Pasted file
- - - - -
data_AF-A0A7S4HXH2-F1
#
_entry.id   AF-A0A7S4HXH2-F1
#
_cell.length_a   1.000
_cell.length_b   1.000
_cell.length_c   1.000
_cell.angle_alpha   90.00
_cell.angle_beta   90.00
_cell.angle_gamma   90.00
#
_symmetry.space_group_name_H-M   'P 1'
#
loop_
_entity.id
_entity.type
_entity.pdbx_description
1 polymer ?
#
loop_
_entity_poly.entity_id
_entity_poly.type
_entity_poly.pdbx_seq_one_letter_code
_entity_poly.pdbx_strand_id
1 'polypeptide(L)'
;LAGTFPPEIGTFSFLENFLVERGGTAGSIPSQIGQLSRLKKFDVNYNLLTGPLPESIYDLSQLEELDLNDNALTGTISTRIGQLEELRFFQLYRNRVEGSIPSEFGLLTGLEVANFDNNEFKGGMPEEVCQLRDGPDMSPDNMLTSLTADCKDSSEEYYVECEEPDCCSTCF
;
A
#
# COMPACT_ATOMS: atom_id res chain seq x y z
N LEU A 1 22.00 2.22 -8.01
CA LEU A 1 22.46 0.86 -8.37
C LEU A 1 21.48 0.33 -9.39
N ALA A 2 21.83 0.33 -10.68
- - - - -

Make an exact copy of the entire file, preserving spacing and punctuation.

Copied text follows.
data_AF-A0A7S4HXH2-F1
#
_entry.id   AF-A0A7S4HXH2-F1
#
_cell.length_a   1.000
_cell.length_b   1.000
_cell.length_c   1.000
_cell.angle_alpha   90.00
_cell.angle_beta   90.00
_cell.angle_gamma   90.00
#
_symmetry.space_group_name_H-M   'P 1'
#
loop_
_entity.id
_entity.type
_entity.pdbx_description
1 polymer ?
#
loop_
_entity_poly.entity_id
_entity_poly.type
_entity_poly.pdbx_seq_one_letter_code
_entity_poly.pdbx_strand_id
1 'polypeptide(L)'
;LAGTFPPEIGTFSFLENFLVERGGTAGSIPSQIGQLSRLKKFDVNYNLLTGPLPESIYDLSQLEELDLNDNALTGTISTRIGQLEELRFFQLYRNRVEGSIPSEFGLLTGLEVANFDNNEFKGGMPEEVCQLRDGPDMSPDNMLTSLTADCKDSSEEYYVECEEPDCCSTCF
;
A
#
# COMPACT_ATOMS: atom_id res chain seq x y z
N LEU A 1 22.00 2.22 -8.01
CA LEU A 1 22.46 0.86 -8.37
C LEU A 1 21.48 0.33 -9.39
N ALA A 2 21.83 0.33 -10.68